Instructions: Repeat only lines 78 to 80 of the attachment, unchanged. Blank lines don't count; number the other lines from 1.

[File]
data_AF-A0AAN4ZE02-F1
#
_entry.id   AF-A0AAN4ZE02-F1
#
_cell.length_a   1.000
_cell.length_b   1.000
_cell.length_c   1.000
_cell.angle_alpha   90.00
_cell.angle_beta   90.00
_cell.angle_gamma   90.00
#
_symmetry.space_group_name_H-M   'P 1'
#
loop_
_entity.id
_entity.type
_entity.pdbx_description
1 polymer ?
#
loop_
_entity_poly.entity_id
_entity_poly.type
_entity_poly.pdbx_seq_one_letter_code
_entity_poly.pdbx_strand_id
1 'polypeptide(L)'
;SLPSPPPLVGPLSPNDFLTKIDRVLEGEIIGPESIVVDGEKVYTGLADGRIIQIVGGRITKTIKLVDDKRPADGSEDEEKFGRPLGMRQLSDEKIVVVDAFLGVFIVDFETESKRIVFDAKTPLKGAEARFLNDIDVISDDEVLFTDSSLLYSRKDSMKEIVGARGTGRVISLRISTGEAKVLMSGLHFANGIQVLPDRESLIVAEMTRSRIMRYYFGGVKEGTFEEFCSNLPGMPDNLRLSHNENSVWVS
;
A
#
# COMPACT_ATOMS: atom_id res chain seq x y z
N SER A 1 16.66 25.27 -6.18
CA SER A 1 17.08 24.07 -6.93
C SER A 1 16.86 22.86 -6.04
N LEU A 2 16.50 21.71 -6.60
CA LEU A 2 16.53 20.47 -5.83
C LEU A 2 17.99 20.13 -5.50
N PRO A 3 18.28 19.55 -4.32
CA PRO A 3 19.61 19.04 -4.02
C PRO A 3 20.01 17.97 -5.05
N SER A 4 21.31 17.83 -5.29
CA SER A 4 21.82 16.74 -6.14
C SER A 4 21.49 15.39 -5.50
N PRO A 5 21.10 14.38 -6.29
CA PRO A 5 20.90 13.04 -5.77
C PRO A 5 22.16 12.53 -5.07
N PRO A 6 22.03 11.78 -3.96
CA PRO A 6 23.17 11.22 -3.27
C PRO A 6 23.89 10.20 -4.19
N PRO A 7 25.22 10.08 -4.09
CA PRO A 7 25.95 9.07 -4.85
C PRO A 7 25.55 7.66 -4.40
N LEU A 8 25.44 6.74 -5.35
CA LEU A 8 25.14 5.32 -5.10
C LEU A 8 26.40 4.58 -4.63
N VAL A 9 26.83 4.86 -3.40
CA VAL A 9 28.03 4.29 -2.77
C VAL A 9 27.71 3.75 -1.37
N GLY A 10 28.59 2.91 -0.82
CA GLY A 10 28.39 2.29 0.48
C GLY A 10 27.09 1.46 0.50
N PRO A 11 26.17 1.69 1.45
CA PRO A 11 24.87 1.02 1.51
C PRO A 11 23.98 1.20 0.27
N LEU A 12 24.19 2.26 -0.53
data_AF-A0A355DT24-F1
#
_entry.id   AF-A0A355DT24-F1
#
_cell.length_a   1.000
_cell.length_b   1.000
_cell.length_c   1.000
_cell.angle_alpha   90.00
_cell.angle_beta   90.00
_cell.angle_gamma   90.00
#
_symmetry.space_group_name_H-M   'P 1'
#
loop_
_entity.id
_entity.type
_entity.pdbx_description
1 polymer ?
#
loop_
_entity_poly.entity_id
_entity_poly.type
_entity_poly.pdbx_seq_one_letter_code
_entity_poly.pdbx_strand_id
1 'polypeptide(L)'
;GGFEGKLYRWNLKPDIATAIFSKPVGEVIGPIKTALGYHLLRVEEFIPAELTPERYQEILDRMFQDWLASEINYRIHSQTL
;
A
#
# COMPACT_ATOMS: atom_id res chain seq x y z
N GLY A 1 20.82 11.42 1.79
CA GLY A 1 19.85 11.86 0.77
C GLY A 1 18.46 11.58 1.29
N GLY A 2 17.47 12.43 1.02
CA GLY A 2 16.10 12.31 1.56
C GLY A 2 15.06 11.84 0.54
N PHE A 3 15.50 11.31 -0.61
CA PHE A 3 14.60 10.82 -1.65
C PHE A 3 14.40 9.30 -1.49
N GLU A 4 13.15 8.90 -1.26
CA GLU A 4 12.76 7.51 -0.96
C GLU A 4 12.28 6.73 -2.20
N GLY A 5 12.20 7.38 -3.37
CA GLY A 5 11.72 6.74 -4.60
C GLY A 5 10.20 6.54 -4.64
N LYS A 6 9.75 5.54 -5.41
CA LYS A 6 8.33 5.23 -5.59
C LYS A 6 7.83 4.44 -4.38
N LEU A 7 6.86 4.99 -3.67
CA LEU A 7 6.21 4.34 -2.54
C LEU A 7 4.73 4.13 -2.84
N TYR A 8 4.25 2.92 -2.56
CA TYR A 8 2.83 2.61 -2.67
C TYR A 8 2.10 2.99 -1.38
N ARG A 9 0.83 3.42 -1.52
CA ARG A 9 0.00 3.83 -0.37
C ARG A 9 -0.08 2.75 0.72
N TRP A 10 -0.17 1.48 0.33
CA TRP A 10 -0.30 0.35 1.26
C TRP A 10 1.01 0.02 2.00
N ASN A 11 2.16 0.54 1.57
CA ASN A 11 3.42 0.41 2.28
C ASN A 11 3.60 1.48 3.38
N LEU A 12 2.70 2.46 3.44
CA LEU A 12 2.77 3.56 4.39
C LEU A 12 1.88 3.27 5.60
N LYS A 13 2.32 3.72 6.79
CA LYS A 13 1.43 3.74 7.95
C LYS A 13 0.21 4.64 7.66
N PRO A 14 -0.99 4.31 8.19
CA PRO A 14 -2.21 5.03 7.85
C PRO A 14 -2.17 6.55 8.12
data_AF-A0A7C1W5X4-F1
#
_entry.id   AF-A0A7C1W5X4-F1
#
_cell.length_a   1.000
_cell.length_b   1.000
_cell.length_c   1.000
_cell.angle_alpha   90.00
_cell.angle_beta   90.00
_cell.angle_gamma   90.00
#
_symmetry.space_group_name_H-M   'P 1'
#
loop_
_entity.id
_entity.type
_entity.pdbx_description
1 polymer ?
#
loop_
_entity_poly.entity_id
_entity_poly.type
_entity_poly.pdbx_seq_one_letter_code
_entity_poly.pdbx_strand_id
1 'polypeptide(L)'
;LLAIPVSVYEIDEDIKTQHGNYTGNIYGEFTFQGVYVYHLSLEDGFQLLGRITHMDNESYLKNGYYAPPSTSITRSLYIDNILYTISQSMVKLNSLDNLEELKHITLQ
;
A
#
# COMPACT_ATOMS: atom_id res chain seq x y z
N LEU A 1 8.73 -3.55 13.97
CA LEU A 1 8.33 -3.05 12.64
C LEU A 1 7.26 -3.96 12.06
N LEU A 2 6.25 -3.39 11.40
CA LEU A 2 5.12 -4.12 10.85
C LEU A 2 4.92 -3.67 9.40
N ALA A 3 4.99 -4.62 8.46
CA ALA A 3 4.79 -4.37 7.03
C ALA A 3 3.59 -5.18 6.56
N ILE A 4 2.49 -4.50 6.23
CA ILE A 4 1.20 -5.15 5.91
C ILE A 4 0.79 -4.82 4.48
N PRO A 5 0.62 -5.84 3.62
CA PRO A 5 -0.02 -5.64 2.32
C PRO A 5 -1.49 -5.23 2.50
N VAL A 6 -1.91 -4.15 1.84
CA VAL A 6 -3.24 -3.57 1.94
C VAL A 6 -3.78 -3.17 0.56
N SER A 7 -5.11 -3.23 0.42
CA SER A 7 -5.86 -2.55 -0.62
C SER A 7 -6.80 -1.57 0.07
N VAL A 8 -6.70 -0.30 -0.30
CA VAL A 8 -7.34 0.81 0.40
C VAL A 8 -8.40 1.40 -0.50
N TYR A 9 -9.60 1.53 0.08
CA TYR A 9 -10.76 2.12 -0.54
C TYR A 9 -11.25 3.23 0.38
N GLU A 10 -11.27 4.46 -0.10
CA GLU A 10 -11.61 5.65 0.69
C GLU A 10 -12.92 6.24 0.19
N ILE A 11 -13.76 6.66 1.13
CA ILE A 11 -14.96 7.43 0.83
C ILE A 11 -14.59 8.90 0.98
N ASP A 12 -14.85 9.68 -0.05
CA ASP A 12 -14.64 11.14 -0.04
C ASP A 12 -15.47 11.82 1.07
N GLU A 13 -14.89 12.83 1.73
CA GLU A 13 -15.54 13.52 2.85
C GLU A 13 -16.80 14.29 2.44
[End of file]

loop_
_entity.id
_entity.type